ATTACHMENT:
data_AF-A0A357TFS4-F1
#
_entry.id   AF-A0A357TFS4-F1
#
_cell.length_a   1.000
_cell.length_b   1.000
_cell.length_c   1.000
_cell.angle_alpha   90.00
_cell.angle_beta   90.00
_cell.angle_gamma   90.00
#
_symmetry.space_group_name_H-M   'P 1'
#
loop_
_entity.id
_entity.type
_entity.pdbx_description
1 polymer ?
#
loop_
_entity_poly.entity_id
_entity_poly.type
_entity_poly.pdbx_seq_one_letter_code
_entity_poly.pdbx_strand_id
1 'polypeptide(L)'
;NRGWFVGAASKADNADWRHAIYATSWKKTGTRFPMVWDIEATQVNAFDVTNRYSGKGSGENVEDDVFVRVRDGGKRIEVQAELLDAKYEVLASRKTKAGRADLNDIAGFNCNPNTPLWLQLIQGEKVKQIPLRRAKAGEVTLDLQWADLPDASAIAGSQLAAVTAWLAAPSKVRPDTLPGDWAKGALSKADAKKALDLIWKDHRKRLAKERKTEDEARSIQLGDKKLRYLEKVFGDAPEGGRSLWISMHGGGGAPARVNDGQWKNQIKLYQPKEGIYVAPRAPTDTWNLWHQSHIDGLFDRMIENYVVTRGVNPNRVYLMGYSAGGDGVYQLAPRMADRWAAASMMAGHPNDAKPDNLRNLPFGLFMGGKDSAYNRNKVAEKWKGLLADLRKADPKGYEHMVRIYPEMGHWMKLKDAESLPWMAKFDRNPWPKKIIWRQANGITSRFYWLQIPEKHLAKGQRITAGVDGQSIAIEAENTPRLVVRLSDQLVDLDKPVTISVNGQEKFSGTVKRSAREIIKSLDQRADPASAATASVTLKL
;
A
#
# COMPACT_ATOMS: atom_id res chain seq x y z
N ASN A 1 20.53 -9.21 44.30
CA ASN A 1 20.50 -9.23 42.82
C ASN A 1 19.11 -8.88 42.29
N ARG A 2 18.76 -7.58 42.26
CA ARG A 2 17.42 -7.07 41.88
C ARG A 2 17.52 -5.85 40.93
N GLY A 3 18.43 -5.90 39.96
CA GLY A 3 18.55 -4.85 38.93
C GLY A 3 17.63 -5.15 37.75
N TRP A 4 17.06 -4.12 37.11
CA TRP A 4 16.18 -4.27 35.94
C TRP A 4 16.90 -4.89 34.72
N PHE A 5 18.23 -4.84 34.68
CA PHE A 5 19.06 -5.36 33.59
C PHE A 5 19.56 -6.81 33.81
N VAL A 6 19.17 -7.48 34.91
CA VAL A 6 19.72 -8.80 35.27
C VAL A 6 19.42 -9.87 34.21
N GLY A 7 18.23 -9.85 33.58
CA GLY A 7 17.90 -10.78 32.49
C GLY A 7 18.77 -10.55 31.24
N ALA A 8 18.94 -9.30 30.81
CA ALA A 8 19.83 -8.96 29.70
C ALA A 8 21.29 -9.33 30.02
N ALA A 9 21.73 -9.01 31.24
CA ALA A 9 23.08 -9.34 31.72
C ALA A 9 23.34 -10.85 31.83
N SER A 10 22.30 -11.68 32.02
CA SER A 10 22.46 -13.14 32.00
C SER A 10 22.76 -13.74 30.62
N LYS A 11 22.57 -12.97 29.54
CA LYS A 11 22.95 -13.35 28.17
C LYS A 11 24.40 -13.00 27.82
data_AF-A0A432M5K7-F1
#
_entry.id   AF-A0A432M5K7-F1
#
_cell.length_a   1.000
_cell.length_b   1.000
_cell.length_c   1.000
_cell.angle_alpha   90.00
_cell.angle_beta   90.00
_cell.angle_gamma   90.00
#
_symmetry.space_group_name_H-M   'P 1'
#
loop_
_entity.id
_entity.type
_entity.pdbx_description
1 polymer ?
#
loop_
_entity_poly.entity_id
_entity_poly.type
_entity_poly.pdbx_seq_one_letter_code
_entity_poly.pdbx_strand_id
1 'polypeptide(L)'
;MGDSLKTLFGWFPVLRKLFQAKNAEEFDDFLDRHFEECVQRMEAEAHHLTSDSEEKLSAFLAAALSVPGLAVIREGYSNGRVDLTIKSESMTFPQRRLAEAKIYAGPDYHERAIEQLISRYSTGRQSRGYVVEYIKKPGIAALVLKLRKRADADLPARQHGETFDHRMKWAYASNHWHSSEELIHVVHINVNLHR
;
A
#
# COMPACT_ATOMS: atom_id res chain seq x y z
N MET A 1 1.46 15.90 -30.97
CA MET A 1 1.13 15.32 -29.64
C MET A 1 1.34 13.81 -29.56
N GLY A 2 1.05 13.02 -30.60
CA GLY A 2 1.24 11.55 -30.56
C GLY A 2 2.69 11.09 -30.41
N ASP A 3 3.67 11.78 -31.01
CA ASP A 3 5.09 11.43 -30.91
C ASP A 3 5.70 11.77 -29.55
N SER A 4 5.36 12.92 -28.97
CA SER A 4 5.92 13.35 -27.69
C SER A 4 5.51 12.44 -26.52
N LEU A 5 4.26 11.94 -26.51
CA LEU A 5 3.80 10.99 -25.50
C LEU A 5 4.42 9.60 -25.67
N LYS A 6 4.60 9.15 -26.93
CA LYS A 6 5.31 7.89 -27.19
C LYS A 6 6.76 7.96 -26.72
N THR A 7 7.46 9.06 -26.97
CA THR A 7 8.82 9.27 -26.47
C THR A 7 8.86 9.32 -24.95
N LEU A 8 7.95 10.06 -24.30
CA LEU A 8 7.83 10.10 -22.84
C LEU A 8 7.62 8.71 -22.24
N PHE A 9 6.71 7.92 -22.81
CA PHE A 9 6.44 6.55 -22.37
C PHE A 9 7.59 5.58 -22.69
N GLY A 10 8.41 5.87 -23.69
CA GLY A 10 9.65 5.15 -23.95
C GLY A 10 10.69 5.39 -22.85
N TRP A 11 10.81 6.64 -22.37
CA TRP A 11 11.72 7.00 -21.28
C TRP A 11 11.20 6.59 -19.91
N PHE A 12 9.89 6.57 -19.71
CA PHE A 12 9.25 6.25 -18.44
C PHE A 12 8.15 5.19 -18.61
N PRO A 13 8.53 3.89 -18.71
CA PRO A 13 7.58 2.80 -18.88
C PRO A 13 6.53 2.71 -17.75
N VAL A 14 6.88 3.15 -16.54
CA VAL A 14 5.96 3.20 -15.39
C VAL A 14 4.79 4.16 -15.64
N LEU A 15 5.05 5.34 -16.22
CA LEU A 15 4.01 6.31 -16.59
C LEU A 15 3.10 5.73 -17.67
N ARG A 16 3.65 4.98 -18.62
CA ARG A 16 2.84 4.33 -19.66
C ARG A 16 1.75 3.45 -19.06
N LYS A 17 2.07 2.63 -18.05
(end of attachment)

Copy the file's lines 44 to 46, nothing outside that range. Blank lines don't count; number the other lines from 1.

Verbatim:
CA PHE A 5 19.06 -5.36 33.59
C PHE A 5 19.56 -6.81 33.81
N VAL A 6 19.17 -7.48 34.91